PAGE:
Useful book

Hi, just finished a book which I highly recommend.

Kicking myself for not reading this PRE-diagnosis, but it’s not only about preventative measures but how you can ensure that your lifestyle compliments your surgery/oncologists treatment and helps you protect against reoccurance afterwards.

We are told all the time to eat more veg, have less stress, more excercise etc, but this guy actually explains really well how cancer develops and how lifestyle affects cancer cells, which I find a lot more motivating! Scientific but made very easy to understand.

It’s called ‘anticancer - a new way of life’ by Dr David Servan-Schreiber, a physician & neuroscientist who has suffered from cancer himself:

thanks for this gardenbeetle, sounds like a positive way forward and I’m going on now to order it
monica x

Great, let me know what you think. It made me feel a little more ‘in control’ - after a cancer diagnosis I think a lot of people feel completely helpless, at least I did.

I agree with one of the Amazon reviewers - the best way to reduce the ‘cancer epidemic’ in this country would be to include this book as part of the school curriculum!

The Mail on Sunday did a piece on him and this book last year. I kept a copy of it as I found it interesting. However, I think the bit he wrote about cancer feeding off sugar was dismissed recently.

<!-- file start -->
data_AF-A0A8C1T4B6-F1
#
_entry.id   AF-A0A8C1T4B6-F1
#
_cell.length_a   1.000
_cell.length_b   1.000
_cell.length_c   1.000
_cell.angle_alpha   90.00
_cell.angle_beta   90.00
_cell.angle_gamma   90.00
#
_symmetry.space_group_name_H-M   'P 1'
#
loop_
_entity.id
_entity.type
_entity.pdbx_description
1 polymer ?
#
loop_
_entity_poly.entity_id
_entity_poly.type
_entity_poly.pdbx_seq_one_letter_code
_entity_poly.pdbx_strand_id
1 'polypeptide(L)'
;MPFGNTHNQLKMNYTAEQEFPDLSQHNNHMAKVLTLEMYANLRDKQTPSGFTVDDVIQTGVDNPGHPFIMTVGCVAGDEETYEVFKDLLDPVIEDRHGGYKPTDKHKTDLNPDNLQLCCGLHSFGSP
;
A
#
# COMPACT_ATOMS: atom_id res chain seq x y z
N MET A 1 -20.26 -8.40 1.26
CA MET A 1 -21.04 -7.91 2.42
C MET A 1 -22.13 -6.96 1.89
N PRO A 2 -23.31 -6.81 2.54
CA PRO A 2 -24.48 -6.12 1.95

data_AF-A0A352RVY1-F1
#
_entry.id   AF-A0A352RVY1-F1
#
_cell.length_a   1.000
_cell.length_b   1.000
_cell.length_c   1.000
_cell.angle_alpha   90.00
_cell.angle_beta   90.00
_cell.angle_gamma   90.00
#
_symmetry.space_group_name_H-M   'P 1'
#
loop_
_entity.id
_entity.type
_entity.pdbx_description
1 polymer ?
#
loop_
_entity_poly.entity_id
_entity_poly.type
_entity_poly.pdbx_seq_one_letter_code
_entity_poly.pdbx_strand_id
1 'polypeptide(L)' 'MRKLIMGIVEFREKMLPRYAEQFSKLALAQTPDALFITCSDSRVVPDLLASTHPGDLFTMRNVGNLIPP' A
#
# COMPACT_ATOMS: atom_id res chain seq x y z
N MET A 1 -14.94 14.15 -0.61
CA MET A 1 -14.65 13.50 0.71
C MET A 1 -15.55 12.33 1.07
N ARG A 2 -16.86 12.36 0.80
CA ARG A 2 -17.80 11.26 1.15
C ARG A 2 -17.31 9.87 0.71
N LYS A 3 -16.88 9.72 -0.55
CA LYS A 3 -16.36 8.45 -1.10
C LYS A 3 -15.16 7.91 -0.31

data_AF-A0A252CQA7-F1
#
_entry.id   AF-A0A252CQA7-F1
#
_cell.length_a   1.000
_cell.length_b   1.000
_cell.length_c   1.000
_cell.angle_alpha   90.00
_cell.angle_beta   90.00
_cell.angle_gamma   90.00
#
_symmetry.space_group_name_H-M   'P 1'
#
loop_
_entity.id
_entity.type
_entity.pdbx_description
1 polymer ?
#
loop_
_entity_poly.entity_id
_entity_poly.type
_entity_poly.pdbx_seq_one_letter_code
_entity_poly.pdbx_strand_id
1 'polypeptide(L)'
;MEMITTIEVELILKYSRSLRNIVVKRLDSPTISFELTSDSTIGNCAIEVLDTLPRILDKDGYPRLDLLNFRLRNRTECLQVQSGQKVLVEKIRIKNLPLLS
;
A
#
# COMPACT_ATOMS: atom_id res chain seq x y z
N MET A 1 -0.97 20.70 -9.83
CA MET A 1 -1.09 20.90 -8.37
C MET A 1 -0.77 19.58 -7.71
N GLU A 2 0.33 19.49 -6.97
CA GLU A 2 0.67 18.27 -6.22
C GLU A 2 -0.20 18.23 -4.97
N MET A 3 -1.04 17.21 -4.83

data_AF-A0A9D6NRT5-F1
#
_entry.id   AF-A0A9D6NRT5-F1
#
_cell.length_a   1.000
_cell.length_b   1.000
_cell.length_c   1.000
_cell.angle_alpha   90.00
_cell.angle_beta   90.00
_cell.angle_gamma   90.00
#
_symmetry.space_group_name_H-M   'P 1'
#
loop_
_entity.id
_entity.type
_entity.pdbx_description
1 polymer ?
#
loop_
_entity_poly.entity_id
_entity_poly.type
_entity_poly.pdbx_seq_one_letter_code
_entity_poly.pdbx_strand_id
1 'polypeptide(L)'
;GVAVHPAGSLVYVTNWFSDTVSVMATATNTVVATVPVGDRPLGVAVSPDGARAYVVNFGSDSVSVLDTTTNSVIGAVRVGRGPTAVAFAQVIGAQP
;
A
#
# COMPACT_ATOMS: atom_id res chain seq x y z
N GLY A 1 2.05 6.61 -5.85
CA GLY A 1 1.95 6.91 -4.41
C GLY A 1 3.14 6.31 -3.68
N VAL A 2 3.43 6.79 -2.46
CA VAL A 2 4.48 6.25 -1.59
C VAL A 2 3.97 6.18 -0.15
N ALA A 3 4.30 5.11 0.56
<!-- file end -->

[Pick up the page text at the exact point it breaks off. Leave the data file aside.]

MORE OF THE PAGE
Unfortunately, someone we know was diagnosed with a brain tumour last year. He is currently in remission but they can’t give him a prognosis beyond another 2 years. His wife bought this book and she is now absolutely paranoid about his diet, she is convinced the cancer will come back if he eats sticky toffee pudding and is trying to police everything he eats or drinks. I had to gently say to her recently that she needed to ease off a little bit as they were constantly arguing about it.

Sorry to hear about that. Yeah I do agree you can go too far with diet ‘policing’. I don’t think this is the author’s intention, just to state that it is one of the many factors that can cause problems, when consumed in excess, as so many of us do.

Refined sugar is believed to be bad for health for loads of reasons, not just cancer, but an occasional treat I doubt it would do harm. I’ve given it up several times in the past for other health problems (on the advice of two different nutritionists). Found that after a couple of weeks of abstaining I completely lost the taste for it anyway and felt much better overall.